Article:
Stromboli

From Wikipedia, the free encyclopedia
Jump to: navigation, search
Mt. Stromboli
DenglerSW-Stromboli-20040928-1230x800.jpg
Elevation 924 m (3,031 ft)[1]
Prominence 924 m (3,031 ft)[1]
Location
Mt. Stromboli is located in Italy
Mt. Stromboli
Mt. Stromboli
Aeolian Islands, north of Sicily (Italy)
Coordinates 38°47′38″N 15°12′40″E / 38.79389°N 15.21111°E / 38.79389; 15.21111Coordinates: 38°47′38″N 15°12′40″E / 38.79389°N 15.21111°E / 38.79389; 15.21111
Geology
Type Stratovolcano
Age of rock unknown
Last eruption 1934 to present [2]
Climbing
Easiest route Hike

Stromboli [3] is a small island in the Tyrrhenian Sea, off the north coast of Sicily. It has one of the three active volcanoes in Italy.

Stromboli is one of the eight Aeolian Islands, a volcanic arc north of Sicily. The volcano has erupted many times and is constantly active with minor eruptions, often visible from many points on the island and from the surrounding sea. This gave rise to the island's nickname "Lighthouse of the Mediterranean". The most recent major eruption was on 13 April 2009. Stromboli stands 926 m (3,034 ft) above sea level,[2] and over 2,700 m (8,860 ft) on average above the sea floor.[4]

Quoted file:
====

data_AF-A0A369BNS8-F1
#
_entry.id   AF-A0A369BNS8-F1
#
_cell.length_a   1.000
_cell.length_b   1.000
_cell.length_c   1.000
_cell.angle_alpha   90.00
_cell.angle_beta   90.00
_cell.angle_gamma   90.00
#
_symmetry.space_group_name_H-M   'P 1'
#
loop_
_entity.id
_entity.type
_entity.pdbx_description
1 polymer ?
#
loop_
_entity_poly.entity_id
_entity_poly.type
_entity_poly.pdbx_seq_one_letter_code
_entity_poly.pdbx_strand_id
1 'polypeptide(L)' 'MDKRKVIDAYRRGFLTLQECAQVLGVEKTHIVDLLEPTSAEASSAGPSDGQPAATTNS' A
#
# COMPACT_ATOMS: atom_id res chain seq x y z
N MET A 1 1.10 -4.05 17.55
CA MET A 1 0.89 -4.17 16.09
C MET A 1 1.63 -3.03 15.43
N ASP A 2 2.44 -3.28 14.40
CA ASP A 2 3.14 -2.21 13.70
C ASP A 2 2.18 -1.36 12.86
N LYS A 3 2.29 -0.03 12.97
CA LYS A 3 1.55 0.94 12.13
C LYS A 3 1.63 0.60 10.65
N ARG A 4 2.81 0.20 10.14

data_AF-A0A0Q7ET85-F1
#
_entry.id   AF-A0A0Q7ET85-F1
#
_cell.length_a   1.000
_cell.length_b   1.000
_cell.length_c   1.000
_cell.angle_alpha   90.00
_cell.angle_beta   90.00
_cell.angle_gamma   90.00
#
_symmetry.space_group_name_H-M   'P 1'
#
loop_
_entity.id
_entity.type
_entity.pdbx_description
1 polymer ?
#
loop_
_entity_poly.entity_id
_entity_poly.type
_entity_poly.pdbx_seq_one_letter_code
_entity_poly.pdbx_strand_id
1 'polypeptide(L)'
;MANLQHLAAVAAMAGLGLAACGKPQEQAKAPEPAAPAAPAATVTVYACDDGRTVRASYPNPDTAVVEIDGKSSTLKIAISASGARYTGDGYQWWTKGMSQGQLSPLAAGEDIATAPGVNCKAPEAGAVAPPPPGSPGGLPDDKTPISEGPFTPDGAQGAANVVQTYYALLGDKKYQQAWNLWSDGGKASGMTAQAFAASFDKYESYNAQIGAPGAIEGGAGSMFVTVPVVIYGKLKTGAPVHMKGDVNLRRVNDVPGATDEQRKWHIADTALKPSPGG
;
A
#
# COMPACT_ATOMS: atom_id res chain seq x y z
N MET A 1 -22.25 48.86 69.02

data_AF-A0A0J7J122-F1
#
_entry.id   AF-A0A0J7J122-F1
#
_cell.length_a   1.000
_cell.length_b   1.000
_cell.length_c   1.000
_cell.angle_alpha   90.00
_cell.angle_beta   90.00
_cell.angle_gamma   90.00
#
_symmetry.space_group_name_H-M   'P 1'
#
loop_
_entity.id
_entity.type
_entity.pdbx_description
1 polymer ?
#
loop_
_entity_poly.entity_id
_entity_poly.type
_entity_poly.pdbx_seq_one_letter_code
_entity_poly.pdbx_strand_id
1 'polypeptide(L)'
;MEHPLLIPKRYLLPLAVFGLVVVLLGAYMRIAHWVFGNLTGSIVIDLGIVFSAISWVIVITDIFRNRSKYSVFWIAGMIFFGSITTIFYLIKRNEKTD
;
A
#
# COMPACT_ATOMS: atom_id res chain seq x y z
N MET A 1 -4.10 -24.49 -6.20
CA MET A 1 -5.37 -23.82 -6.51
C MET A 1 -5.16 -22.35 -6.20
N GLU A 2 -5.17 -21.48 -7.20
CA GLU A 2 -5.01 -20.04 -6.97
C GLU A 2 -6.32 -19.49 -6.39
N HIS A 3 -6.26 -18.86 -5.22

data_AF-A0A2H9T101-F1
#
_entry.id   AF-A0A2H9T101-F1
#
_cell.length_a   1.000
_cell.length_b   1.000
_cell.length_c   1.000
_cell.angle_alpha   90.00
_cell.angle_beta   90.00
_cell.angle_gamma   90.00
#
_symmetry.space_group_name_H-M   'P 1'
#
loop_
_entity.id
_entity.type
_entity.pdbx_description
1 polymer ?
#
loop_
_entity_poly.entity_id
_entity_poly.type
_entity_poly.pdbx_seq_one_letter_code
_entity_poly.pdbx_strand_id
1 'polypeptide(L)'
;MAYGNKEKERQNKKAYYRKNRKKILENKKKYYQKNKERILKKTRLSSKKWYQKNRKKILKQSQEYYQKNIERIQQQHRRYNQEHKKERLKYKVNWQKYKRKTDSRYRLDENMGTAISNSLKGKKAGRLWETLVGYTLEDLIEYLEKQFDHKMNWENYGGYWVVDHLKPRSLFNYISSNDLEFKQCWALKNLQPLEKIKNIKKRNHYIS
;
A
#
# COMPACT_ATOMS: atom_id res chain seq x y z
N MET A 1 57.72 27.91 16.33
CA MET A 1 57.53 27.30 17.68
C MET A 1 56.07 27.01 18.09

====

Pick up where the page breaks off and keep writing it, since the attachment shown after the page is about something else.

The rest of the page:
There are three active craters at the peak. A significant geological feature of the volcano is the Sciara del Fuoco (stream of fire), a big horseshoe-shaped depression generated in the last 13,000 years by several collapses on the northwestern side of the cone. Two kilometers to the northeast lies Strombolicchio, the volcanic plug remnant of the original volcano.

References[change | change source]

  1. 1.0 1.1 "Stromboli, Italy". Peakbagger.com. Retrieved 2013-07-20. 
  2. 2.0 2.1 "Stromboli". Global Volcanism Program, Smithsonian Institution. http://www.volcano.si.edu/world/volcano.cfm?vnum=0101-04=. Retrieved 2009-01-01.
  3. Sicilian: Struògnuli, Ancient Greek: Στρογγύλη, Strongulē
  4. Tibaldi A. et al 2009. Subaerial-submarine evidence of structures feeding magma to Stromboli Volcano, Italy, and relations with edifice flank failure and creep. Tectonophysics, 469(1), 112-136.